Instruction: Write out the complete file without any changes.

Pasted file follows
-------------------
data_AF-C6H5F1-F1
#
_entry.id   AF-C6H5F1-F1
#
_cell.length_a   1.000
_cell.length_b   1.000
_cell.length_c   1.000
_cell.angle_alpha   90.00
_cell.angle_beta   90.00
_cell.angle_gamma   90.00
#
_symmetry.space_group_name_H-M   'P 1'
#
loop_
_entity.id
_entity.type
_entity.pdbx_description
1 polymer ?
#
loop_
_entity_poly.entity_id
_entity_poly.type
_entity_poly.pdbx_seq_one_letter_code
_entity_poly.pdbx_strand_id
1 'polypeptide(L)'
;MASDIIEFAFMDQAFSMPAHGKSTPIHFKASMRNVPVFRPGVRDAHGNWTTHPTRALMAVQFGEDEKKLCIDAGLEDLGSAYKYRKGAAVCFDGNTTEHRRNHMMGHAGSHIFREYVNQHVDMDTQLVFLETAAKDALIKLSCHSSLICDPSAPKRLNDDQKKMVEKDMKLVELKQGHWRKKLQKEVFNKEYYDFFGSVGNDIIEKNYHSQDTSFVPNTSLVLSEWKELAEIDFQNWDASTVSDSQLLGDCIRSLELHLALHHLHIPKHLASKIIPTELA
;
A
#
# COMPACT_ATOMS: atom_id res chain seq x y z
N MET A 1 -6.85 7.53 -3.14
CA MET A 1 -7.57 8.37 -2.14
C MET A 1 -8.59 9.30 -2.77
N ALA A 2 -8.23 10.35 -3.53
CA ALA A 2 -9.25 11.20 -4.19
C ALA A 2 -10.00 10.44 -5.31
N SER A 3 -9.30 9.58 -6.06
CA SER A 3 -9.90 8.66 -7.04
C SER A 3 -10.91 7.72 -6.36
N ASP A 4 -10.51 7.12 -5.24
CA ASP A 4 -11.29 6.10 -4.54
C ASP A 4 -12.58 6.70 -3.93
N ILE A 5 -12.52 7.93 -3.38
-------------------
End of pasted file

data_AF-C6H5F1-F1
#
_entry.id   AF-C6H5F1-F1
#
_cell.length_a   1.000
_cell.length_b   1.000
_cell.length_c   1.000
_cell.angle_alpha   90.00
_cell.angle_beta   90.00
_cell.angle_gamma   90.00
#
_symmetry.space_group_name_H-M   'P 1'
#
loop_
_entity.id
_entity.type
_entity.pdbx_description
1 polymer ?
#
loop_
_entity_poly.entity_id
_entity_poly.type
_entity_poly.pdbx_seq_one_letter_code
_entity_poly.pdbx_strand_id
1 'polypeptide(L)'
;MASDIIEFAFMDQAFSMPAHGKSTPIHFKASMRNVPVFRPGVRDAHGNWTTHPTRALMAVQFGEDEKKLCIDAGLEDLGSAYKYRKGAAVCFDGNTTEHRRNHMMGHAGSHIFREYVNQHVDMDTQLVFLETAAKDALIKLSCHSSLICDPSAPKRLNDDQKKMVEKDMKLVELKQGHWRKKLQKEVFNKEYYDFFGSVGNDIIEKNYHSQDTSFVPNTSLVLSEWKELAEIDFQNWDASTVSDSQLLGDCIRSLELHLALHHLHIPKHLASKIIPTELA
;
A
#
# COMPACT_ATOMS: atom_id res chain seq x y z
N MET A 1 -6.85 7.53 -3.14
CA MET A 1 -7.57 8.37 -2.14
C MET A 1 -8.59 9.30 -2.77
N ALA A 2 -8.23 10.35 -3.53
CA ALA A 2 -9.25 11.20 -4.19
C ALA A 2 -10.00 10.44 -5.31
N SER A 3 -9.30 9.58 -6.06
CA SER A 3 -9.90 8.66 -7.04
C SER A 3 -10.91 7.72 -6.36
N ASP A 4 -10.51 7.12 -5.24
CA ASP A 4 -11.29 6.10 -4.54
C ASP A 4 -12.58 6.70 -3.93
N ILE A 5 -12.52 7.93 -3.38